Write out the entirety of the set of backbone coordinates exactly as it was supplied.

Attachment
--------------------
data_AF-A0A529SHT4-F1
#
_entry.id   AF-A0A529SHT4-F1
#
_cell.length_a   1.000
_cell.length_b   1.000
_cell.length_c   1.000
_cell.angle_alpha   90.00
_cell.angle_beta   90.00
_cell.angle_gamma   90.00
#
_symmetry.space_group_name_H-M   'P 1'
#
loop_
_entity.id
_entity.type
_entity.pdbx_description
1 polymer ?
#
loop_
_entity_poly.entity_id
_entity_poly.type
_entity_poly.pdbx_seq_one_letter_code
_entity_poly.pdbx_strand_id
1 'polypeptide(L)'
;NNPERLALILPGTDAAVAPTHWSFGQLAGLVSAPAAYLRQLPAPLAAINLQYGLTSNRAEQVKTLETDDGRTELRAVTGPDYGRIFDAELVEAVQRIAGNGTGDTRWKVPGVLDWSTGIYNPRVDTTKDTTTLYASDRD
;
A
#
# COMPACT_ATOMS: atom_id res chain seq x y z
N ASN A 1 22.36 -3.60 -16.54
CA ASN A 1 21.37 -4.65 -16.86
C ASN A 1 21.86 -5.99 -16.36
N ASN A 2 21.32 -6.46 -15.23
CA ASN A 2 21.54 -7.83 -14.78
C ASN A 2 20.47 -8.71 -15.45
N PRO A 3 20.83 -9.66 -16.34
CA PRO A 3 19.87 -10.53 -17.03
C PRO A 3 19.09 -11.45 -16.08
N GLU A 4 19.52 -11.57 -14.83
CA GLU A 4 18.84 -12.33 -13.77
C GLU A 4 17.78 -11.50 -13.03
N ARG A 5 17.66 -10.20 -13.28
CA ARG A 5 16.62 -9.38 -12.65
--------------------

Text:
data_AF-A0A529SHT4-F1
#
_entry.id   AF-A0A529SHT4-F1
#
_cell.length_a   1.000
_cell.length_b   1.000
_cell.length_c   1.000
_cell.angle_alpha   90.00
_cell.angle_beta   90.00
_cell.angle_gamma   90.00
#
_symmetry.space_group_name_H-M   'P 1'
#
loop_
_entity.id
_entity.type
_entity.pdbx_description
1 polymer ?
#
loop_
_entity_poly.entity_id
_entity_poly.type
_entity_poly.pdbx_seq_one_letter_code
_entity_poly.pdbx_strand_id
1 'polypeptide(L)'
;NNPERLALILPGTDAAVAPTHWSFGQLAGLVSAPAAYLRQLPAPLAAINLQYGLTSNRAEQVKTLETDDGRTELRAVTGPDYGRIFDAELVEAVQRIAGNGTGDTRWKVPGVLDWSTGIYNPRVDTTKDTTTLYASDRD
;
A
#
# COMPACT_ATOMS: atom_id res chain seq x y z
N ASN A 1 22.36 -3.60 -16.54
CA ASN A 1 21.37 -4.65 -16.86
C ASN A 1 21.86 -5.99 -16.36
N ASN A 2 21.32 -6.46 -15.23
CA ASN A 2 21.54 -7.83 -14.78
C ASN A 2 20.47 -8.71 -15.45
N PRO A 3 20.83 -9.66 -16.34
CA PRO A 3 19.87 -10.53 -17.03
C PRO A 3 19.09 -11.45 -16.08
N GLU A 4 19.52 -11.57 -14.83
CA GLU A 4 18.84 -12.33 -13.77
C GLU A 4 17.78 -11.50 -13.03
N ARG A 5 17.66 -10.20 -13.28
CA ARG A 5 16.62 -9.38 -12.65